Also note that medical devices are a reasonable intersection between comp sci & medicine (though nothing to do with being a physician), and is an already large and still growing industry. In addition to that, a lot of medical research relies a lot on software now, so having some med experience while also being able to program can open some doors there too.

Computer science courses are really helpful in developing problem solving and technical skills. In all professions, having strong problem-solving skills can be extremely helpful. Furthermore, as more and more professions become digitized, having technical skills can be very valuable as well. With that said, computer science should be used as a compliment to primary majors that lead to medical school, such as Biology.

Sharr’s Answer

Updated Portland, Oregon

Hi Rossel,

Technology, and especially machine learning, is changing all industries, medicine included! If you already know what college you want to go to for medical school, go to their website and look into their requirements for the program you're interested in; they may have suggested or required undergraduate focus areas. Coursework in natural sciences are foundational to success in medicine; but maybe there is room to explore CS through a concentration or minor.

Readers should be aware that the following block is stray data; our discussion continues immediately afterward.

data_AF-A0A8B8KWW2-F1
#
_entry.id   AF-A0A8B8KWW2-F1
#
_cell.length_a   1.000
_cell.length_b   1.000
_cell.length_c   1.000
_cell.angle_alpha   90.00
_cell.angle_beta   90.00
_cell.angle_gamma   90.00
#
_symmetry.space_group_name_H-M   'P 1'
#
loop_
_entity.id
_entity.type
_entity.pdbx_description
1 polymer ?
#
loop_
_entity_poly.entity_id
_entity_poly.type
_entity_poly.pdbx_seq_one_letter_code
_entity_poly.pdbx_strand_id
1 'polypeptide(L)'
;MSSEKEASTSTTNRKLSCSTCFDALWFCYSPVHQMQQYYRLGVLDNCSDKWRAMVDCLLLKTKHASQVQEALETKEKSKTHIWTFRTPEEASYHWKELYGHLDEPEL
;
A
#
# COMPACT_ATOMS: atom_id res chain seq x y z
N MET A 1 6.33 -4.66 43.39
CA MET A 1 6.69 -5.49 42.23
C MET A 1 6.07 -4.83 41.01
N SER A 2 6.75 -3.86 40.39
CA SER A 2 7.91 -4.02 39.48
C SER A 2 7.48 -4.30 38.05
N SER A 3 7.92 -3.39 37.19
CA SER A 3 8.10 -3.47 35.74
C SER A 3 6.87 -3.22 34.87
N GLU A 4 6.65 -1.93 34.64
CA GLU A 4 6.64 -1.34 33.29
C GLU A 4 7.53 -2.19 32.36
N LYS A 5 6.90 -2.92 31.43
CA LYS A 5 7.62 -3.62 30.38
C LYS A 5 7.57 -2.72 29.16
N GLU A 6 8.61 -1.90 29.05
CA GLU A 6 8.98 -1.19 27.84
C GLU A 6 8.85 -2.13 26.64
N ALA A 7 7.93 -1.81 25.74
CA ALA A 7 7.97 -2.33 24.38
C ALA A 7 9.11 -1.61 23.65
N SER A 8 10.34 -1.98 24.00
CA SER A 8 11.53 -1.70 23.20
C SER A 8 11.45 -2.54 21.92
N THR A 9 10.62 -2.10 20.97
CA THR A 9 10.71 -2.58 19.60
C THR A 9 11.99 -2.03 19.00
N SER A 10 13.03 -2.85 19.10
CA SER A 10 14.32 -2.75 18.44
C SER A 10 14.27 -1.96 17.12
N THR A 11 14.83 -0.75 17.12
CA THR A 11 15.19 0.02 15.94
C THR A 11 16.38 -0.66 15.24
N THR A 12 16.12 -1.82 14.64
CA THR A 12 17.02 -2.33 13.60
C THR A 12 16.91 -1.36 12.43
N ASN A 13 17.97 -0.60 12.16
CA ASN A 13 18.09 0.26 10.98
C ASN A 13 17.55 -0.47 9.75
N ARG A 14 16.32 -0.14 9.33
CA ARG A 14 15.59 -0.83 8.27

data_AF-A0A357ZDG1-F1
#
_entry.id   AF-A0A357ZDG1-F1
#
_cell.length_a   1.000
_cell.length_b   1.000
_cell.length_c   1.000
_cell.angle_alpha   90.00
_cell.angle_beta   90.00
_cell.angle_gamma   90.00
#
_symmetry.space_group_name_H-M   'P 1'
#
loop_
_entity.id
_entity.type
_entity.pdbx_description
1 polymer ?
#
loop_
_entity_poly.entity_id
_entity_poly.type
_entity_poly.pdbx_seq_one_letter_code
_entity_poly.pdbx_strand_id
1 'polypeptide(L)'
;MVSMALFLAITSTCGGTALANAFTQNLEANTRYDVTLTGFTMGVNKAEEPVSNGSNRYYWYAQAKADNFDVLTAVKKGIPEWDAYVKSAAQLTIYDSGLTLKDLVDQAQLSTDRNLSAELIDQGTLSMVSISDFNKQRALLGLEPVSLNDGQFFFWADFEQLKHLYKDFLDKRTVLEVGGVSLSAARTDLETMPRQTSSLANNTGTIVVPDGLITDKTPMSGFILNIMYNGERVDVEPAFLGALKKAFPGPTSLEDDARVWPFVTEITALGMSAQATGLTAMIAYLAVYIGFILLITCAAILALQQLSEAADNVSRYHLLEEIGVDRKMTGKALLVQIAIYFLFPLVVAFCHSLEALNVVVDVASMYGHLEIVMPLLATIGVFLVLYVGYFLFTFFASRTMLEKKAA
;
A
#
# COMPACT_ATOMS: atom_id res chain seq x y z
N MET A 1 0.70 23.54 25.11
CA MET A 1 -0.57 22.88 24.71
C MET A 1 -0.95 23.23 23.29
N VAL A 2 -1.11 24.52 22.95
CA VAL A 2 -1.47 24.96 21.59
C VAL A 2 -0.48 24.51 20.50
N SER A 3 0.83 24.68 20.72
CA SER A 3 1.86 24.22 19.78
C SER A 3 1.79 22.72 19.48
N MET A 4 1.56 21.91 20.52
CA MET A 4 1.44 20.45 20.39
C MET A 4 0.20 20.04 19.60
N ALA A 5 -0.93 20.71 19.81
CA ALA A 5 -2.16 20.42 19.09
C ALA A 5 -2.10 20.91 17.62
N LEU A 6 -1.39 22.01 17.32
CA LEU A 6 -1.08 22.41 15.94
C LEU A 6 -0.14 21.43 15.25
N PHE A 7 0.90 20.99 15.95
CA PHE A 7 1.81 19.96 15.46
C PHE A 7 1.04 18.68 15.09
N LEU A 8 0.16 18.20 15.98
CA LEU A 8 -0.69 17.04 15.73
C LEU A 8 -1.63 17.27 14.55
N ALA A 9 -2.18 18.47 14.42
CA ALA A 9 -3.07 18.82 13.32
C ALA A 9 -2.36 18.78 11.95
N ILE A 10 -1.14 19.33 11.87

Some colleges are starting to build new education programs to combine technology and medicine; for example the University of Illinois has an "engineering based college of medicine" program which lists computer science skills as important for success in obtaining an MD through their program. You can find out more information here: https://medicine.illinois.edu/

Good luck with your research!

Srivatsan’s Answer

Updated Portland, Oregon

Hello Rossel

I'm a Software engineer, therefore can't attest to the helpfulness of CS degree towards premeds directly. I believe CS degree teaches you ways to think about a problem logically and in pieces. I have found this type of thinking to be useful in many instances outside of the computer industry and would assume the same for medical industry.

Best Regards,

cameron’s Answer

Updated Portland, Oregon

I guess it depends where you'd like to go with it. There is a huge market in medical software and hardware devices, many created by physicians. What you suggest is a double major, CS and Pre-med. Sounds exhausting, and probably unnecessary. Again, if you see a future in medical tech, major in CS, minor in pre-med (bio, chem, physics). If you see a tech-savvy MD, a minor in CS is probably sufficient. I work with several exceptional scientists who added CS once their original degrees were completed.

Ashton’s Answer

Updated Portland, Oregon

Hello Rossel!

Being honest, medical majors and computer science majors are both time consuming, and it is a bold goal to do both. I don't think it's impossible! But, I would suggest trying both as an undergrad, then deciding if you want to commit to one, or minor/major is some combination later. You don't need to fully commit to a double major immediately, and you may find that you enjoy one more than the other.